A major finding of the Simon-Skjodt Center’s report was that the violence is likely to get worse, contrary to the perception that the conflict is nearing its end. The panelists all agreed with this prediction. “Unfortunately, the killing will continue to get worse in the weeks to come and we continue to see the campaign against Eastern Ghouta intensifying day after day” Mustafa noted. “What we all fear is what is happening in Eastern Ghouta will be a replica of the horrific atrocity that happened in Aleppo, whereby the regime and Russia are bombing and starving...and then, after numerous atrocities are being committed, they will all be forcibly displaced from their homes.” He referenced the fall of the eastern city of Aleppo in 2016 after four years of besiegement by the Syrian government. After cutting off access to the city and bombing homes, schools, and hospitals for years, the regime enforced an evacuation of opposition-held areas, driving thousands from their homes. Russian and Syrian military officials have pointed to the tactics used in Aleppo as a model for the recapture of Eastern Ghouta from opposition forces.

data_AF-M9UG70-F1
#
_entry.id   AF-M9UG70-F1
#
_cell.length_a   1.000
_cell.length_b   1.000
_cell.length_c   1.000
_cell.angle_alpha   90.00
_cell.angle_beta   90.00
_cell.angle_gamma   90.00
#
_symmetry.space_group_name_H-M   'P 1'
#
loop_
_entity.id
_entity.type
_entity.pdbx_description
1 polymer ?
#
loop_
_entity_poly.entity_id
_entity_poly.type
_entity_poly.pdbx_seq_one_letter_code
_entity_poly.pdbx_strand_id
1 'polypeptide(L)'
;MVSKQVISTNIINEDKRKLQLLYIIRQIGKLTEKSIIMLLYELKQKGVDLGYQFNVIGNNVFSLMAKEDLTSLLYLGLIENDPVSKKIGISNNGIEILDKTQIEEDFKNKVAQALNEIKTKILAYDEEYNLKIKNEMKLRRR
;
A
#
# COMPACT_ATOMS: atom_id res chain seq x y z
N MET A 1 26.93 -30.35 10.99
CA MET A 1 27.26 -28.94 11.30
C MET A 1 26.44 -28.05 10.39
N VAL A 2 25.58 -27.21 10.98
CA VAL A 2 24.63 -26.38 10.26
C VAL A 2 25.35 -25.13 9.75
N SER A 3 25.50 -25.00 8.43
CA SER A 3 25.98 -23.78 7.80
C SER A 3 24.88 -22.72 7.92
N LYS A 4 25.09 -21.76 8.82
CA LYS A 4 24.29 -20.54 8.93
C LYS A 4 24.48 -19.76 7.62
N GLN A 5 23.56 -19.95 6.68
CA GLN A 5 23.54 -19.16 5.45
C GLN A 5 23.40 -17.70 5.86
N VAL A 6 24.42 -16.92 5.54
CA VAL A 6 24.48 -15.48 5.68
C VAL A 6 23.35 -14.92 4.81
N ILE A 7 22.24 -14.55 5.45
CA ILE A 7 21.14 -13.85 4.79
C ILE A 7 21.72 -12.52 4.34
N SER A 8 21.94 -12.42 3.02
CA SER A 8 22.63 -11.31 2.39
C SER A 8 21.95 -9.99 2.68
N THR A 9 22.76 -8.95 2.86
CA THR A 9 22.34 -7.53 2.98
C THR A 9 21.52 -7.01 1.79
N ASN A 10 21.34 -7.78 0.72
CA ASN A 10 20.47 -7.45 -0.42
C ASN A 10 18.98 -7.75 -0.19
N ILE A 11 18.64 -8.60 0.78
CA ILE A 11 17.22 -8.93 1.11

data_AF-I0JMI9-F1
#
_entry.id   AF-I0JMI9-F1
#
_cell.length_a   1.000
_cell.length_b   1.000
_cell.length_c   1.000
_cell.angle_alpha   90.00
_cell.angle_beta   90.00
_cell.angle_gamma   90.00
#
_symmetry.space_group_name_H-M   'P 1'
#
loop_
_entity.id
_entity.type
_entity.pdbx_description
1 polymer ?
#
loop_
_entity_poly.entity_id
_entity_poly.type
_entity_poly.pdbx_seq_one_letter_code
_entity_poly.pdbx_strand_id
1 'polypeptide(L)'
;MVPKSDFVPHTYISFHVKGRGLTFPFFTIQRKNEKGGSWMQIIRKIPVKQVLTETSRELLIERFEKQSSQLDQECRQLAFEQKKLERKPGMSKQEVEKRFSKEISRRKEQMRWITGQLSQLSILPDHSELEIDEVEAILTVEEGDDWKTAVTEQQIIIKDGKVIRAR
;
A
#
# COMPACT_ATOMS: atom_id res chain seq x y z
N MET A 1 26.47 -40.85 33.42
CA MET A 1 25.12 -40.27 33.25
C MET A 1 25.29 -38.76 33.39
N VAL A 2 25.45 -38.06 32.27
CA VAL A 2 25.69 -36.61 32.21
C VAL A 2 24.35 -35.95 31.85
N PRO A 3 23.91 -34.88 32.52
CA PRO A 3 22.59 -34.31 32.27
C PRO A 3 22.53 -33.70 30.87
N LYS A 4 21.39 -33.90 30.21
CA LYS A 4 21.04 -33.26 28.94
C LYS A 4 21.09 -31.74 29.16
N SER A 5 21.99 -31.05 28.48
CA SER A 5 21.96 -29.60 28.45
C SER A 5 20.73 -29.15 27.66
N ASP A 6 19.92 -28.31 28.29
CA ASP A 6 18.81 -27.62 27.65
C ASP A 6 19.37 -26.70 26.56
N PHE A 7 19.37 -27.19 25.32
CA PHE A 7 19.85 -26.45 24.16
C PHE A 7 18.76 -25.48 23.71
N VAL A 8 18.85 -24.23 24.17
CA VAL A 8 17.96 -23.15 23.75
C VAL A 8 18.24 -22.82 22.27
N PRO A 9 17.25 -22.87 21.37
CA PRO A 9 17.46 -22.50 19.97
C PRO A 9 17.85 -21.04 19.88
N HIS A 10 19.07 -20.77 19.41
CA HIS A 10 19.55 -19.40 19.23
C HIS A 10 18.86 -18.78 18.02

When asked what can and should be done to put the focus back on protecting civilians and saving lives, the speakers highlighted the role that individuals around the world can play. “Supporting our [civil society] organizations is only dealing with the results or the symptoms of the conflict” Mustafa said. “If people around the world, instead of just giving money to these organizations, if they come together to urge their governments to stop the cause of this conflict, then we won’t need the contributions to support the civil society and the relief work.” Dr. Attar suggested that concerned Americans, who might not be able to travel to neighboring countries to help deliver aid, can write op-eds in their local paper and speak to their elected officials to demand action.